Keep your brain active with these 8 activities to do every day!

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It’s no secret that with age, mental health can deteriorate. For adults, leading a healthy lifestyle is important to maintain cognitive abilities such as memory and the ability to solve problems. These activities do not require much effort and it is important to motivate the mind every day in order to stay sharp. Read on to help your brain stay fit!

To celebrate the 25th edition of Brain Week in 2023, this important event is taking place this month from March 13 to 19, under the auspices of the prestigious Society for Neuroscience. The main function of Brain Week is to make the public aware of the importance of brain research and the scientific advances made in this field. As part of this initiative, the Vaincre Alzheimer Foundation is joining as a partner to contribute to the dissemination of relevant information and to support research on this neurodegenerative disease.

All events and activities organized throughout this week dedicated to information on the brain are available on the official website These events include conferences, workshops, screenings and various activities, in order to meet the expectations and interests of a diverse audience interested in the theme of psychology.

On this occasion, we also want to share some tips for taking care of your brain, and especially your memory. Indeed, like a muscle, memory is strengthened and developed through practice and regular attendance. So we give you 8 activities to take every day to improve your memory abilities.

Sports :

Regular physical activity has been shown to improve cognitive function in older adults, particularly with memory and executive functions. Physical activity also increases blood flow, which can help reduce the risk of developing dementia or Alzheimer’s disease. Additionally, exercise releases endorphins, which can help improve mood and reduce stress.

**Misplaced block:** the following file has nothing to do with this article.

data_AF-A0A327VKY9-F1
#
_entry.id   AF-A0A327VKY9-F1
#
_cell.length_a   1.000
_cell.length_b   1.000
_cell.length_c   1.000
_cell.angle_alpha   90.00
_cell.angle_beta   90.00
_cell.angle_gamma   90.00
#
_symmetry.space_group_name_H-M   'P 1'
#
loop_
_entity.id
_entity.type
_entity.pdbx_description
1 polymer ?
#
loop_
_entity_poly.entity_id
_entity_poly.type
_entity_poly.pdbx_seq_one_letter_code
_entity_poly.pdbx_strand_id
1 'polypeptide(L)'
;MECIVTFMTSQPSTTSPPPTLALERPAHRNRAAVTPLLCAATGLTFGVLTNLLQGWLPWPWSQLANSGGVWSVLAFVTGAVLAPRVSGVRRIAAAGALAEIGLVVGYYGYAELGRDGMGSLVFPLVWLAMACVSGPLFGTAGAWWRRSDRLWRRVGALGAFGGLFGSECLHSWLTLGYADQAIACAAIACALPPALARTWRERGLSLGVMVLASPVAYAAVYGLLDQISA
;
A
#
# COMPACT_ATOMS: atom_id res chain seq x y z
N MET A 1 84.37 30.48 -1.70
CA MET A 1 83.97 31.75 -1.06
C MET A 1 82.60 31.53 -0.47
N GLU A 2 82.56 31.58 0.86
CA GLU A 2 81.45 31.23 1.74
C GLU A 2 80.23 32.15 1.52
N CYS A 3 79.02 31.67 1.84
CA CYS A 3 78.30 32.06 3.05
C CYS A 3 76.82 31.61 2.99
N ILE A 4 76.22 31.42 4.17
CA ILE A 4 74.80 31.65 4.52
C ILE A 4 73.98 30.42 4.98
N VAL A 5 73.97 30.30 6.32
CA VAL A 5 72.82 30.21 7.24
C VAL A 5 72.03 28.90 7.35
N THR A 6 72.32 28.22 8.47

Emotional communication can help keep the brain active and alert. Having meaningful conversations with friends and family members involves complex cognitive processes such as abstract thinking, problem solving, interpreting emotions, and understanding language.

Learn new skills:

Accepting the challenge of learning a new technology helps to maintain and even increase scientific activity by activating different parts of the brain, even in old age. This can range from learning a new language to practicing a musical instrument to painting – whatever skill comes to mind you will do.

Interact with colleagues:

Staying in touch with society is important for seniors, as it helps them stay mentally alert while providing emotional support in difficult times. Scheduling to meet friends or family members with similar interests often helps to stay positive while providing an opportunity to practice valuable communication skills such as listening and speaking clearly in conversation. .

To play games:

Playing games such as card games, puzzles or board games can help seniors to concentrate better by boosting their logical thinking skills as well as their creativity and concentration level when playing against an opponent or a partner. Friendly competition activates the brain’s reward system, which builds motivation and helps maintain better mental acuity over time.


Meditation and relaxation techniques help reduce stress and anxiety, which can negatively impact mental health. Seniors can practice meditation, yoga, or Tai-chi to improve their mental and emotional well-being.

Sexual activity:

Sexual activity has positive effects on cognitive function in older adults due to its ability to increase blood flow throughout the body, including the brain, while relieving stress, improving sleep quality, and releasing endorphins that improve mood. to. In addition, sexual activity has been associated with strong feelings of closeness between partners, which provides emotional support for older adults who may experience loneliness or anxiety due to aging or other life changes, they can face in their life stage.

Stay tuned:

During a study conducted in the United States, it was revealed that people with an optimistic state of mind are on average 30% less likely to suffer from cognitive deficits. Hope can help reduce the production of inflammatory substances such as interleukin-6 and C-reactive protein, which are known to be linked to an increased risk of cognitive impairment.

The good news is that hope is not a physical quality and can be developed through self-work, as Professor Amouyel explains. To develop this habit, we advise you not to let yourself be discouraged by negative emotions, but instead to learn to step back from events and put things in perspective. One of the keys to achieving this is to strive to live fully in the present moment, without being weighed down by thoughts of the past.

* blokus strives to spread health knowledge in a language accessible to all. IN NO EVENT, THE INFORMATION GIVEN CANNOT REPLACE THE OPINION OF A HEALTH PROFESSIONAL.
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